Sunday, July 02, 2006

Transaction Review: Peja Goes to New Orleans, er, Oklahoma City

Peja Stokavoic's signing with New Orleans is a surprise, but in lots of ways it makes sense. The Hornets had some money to spend and when a team like that has the cash ("a team like that" meaning not your typical top free agent destination), they have to use it when the opportunity presents itself. For all the times we heard it was a lock that Stojakovic was returning to Indiana, it never made all that much sense. His total disappearance, due to injury, in the playoffs certainly couldn't have been looked upon too fondly and the team has spent its last two first round picks on SFs. Indiana may have a big hole in their offense next season, but they smartly didn't give a near-max contract to a 29-year old player who has had a single great season in his career and has been rather ordinary the past two seasons. John Holinger's PER stat isn't the end-all, be-all for a player's value but it was good enough to recognize LeBron James, Paul Pierce and Carmelo Anthony as the top three SFs in the league last year. Stojakovic ranked 15th at the position, right in between Hedo Turkoglu and Ruben Patterson. Just sayin'...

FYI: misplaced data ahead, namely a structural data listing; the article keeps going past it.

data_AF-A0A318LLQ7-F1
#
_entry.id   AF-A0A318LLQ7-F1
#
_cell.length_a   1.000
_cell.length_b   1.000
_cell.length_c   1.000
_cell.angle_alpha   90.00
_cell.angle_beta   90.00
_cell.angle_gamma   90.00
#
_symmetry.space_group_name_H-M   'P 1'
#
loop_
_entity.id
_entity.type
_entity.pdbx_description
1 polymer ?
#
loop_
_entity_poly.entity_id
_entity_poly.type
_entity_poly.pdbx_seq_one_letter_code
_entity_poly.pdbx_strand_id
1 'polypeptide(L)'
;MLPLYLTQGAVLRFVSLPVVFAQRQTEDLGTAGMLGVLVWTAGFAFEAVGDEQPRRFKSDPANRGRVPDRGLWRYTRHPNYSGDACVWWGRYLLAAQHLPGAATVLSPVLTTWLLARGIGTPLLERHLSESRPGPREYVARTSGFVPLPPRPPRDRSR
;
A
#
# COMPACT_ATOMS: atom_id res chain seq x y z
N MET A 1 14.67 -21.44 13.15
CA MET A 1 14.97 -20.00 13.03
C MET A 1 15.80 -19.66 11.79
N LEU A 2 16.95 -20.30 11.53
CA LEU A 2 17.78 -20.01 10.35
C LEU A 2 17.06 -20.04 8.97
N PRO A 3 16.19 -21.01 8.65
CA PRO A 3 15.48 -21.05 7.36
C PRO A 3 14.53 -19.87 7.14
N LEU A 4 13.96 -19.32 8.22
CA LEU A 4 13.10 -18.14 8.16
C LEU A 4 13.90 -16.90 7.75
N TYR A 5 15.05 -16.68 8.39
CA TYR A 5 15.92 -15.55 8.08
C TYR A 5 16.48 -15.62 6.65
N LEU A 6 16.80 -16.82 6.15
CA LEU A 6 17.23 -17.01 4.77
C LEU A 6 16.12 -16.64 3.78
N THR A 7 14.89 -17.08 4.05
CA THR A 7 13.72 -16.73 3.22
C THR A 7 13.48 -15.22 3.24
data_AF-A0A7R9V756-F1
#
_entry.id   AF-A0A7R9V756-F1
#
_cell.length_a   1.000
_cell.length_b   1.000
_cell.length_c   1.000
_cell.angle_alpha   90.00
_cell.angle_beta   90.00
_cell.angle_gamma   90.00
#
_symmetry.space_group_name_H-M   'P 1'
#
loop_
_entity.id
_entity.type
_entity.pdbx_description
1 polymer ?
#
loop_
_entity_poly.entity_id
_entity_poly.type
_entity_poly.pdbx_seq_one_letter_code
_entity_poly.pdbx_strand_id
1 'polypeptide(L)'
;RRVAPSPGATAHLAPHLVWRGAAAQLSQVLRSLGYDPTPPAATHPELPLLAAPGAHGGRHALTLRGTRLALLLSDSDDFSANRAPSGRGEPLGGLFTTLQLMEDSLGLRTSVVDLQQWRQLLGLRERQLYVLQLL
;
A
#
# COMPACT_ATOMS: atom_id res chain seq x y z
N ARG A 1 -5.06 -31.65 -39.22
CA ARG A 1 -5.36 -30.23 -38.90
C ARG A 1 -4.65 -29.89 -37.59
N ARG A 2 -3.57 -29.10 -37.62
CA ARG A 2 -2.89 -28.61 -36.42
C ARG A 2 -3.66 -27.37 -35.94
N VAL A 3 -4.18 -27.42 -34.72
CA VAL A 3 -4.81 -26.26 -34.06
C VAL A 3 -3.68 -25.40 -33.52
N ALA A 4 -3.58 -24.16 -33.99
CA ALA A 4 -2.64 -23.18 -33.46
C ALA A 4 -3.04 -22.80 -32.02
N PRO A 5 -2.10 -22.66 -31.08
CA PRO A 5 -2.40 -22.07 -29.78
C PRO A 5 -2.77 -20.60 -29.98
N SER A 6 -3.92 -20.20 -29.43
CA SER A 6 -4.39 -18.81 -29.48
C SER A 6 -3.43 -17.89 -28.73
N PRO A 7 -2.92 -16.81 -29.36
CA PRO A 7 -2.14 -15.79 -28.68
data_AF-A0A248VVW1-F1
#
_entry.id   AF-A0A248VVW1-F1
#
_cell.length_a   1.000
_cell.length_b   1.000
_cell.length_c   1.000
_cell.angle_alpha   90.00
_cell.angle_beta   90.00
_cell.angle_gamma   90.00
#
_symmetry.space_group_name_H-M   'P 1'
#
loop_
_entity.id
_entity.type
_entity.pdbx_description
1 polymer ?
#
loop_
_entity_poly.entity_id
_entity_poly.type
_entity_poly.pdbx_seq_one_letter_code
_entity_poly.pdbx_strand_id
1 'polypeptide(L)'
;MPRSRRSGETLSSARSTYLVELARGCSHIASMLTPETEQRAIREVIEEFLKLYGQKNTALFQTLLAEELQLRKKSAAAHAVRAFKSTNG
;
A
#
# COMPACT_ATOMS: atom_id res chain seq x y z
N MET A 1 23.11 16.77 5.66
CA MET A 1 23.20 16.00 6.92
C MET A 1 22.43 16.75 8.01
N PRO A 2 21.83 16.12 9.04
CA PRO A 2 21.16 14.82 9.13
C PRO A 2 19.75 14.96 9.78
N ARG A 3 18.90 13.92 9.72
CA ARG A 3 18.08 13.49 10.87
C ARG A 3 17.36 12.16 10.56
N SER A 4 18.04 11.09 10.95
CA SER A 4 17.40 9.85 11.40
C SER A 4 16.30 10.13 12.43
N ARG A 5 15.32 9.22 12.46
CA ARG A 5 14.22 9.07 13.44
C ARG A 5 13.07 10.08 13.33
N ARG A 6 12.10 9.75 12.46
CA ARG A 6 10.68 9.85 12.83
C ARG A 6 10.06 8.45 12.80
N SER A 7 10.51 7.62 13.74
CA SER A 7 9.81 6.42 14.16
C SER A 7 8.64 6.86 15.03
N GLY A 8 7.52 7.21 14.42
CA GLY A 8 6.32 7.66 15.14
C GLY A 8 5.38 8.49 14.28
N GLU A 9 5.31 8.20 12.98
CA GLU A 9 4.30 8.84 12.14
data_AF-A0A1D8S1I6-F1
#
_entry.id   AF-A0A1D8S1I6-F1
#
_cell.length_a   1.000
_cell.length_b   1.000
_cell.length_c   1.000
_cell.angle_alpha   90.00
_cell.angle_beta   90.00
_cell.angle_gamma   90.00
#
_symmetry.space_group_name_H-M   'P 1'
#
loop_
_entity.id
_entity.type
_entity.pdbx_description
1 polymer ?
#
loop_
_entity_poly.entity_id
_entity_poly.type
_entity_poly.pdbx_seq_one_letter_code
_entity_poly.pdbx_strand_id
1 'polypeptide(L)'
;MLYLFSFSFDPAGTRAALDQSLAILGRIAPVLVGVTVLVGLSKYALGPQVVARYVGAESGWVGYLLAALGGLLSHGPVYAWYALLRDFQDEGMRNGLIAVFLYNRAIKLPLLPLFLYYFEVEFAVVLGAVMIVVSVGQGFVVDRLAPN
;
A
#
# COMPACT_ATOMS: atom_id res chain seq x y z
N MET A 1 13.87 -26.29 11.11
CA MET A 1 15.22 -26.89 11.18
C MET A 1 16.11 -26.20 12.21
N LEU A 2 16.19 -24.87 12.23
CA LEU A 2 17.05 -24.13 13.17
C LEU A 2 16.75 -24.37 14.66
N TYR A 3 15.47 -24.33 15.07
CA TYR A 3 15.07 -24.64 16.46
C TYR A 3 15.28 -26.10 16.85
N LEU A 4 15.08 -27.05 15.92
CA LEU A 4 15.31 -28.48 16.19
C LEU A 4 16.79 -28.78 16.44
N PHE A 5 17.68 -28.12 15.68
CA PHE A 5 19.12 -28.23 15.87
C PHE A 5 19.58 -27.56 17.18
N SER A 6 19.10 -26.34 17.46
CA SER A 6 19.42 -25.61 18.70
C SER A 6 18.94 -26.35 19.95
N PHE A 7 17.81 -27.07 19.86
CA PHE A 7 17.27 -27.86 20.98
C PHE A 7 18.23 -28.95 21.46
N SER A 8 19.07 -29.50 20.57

Granted, Stojakovic looked more like his old self during his time in Indiana, with his FG% returning to a respectable level while showing an increased tenacity on the boards. But even in a league where you have to overpay to get players, paying $13 million per season for a guy like Stojakovic, who isn't going to get any better from here on out, seems a bit much. All that said, it does make the Hornets a pretty intriguing team next season, and has some very serious fantasy implications on both teams.